Red Hat Bugzilla – Bug 859716
kernel-3.5.4-1.fc17.x86_64 fails to start storage devices, services
Last modified: 2013-01-02 12:40:06 EST
Description of problem:
Booting kernel-3.5.4-1.fc17.x86_64 fails at the point of starting storage devices (RAID, LVM, ...). Entering recovery mode shows that all services failed to start claiming "dependency" problems. On the same machine, previous kernel-3.5.3-1.fc17.x86_64 boots just fine.
Version-Release number of selected component (if applicable): kernel-3.5.4-1.fc17.x86_64
Steps to Reproduce:
1. Install kernel-3.5.4-1.fc17.x86_64
3. Boot fails
Interestingly enough, kernel-3.5.4-1.fc17.x86_64 mounts /boot, /, and /tmp but not /var before the failure. In recovery, /var can be mounted just fine.
Services (such as network) fail to start in recovery.
The output of dmesg from a failed kernel-3.5.4-1.fc17.x86_64 boot looks benign up to this point (note the "dependency" complaints):
[ 5.631806] EXT4-fs (sdg1): mounted filesystem with ordered data mode. Opts: (null)
[ 5.674494] EXT4-fs (sda3): mounted filesystem with ordered data mode. Opts: (null)
[ 94.944481] systemd: Job nfs-lock.service/start failed with result 'dependency'.
[ 94.944493] systemd: Job rpcbind.service/start failed with result 'dependency'.
[ 94.944503] systemd: Job rpcbind.socket/start failed with result 'dependency'.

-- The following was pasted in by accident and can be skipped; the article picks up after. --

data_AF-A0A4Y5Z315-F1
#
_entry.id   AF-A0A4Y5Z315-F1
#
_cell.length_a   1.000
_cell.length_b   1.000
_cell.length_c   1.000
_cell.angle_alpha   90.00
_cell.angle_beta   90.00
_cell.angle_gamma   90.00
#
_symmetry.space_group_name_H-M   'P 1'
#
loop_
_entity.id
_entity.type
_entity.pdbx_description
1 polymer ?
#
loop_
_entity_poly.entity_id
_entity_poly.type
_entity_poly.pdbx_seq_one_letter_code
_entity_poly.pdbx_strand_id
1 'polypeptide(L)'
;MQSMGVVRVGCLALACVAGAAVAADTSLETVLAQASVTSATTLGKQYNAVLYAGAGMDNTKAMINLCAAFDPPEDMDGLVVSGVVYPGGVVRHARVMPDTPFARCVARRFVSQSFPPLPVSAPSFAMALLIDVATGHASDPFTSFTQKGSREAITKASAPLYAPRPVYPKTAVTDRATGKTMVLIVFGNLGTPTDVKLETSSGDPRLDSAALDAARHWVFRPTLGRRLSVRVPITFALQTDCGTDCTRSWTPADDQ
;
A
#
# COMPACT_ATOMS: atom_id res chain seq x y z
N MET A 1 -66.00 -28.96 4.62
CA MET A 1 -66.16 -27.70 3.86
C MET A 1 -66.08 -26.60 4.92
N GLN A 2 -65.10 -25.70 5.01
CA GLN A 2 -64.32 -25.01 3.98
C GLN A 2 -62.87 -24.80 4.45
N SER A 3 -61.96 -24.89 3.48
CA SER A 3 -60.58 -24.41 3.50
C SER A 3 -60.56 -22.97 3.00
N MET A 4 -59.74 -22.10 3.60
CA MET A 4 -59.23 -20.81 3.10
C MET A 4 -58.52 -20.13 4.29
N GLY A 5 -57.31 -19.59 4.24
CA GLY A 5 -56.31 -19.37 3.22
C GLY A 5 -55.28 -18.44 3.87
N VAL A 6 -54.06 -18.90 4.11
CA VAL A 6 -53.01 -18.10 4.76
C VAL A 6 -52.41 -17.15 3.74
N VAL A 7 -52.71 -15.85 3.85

[ 94.944541] systemd: Job cups.socket/start failed with result 'dependency'.
By contrast, kernel-3.5.4-1.fc17.x86_64 boot proceeds normally at the equivalent point.
Uhm, in "Comment 1", there is a typo: kernel-3.5.3-1.fc17.x86_64 boots normally, kernel-3.5.4-1.fc17.x86_64 fails.
It's not booting for i686 either
Boot still fails after upgrading to kernel-3.5.4-2.fc17.x86_64
Boot still fails after upgrading to kernel-3.6.1-1.fc17.x86_64
On another computer (AMD, not Intel), kernel-3.6.2-4.fc17.x86_64 also failed to boot. Original kernel-3.3.4-5.fc17.x86_64 boots fine on this AMD machine. Good news: Upgrading to kernel-3.6.3-1.fc17.x86_64 also resulted in normal boot. Progress?
I have NOT yet confirmed that this upgrade fixes the original problem on my Intel machine. Stay tuned.
I found a fix for my Intel computer -- the problem was that kernel started naming RAID devices differently, so they could not be mounted.
In kernel 3.4.x, those devices are symbolic links like /dev/md/FDQN:name, where FDQN is the fully qualified host name.
With kernels 3.5.x and 3.6.x, those symbolic links are simply /dev/md/name.
Go figure... Changing /etc/fstab to match fixed the boot problem.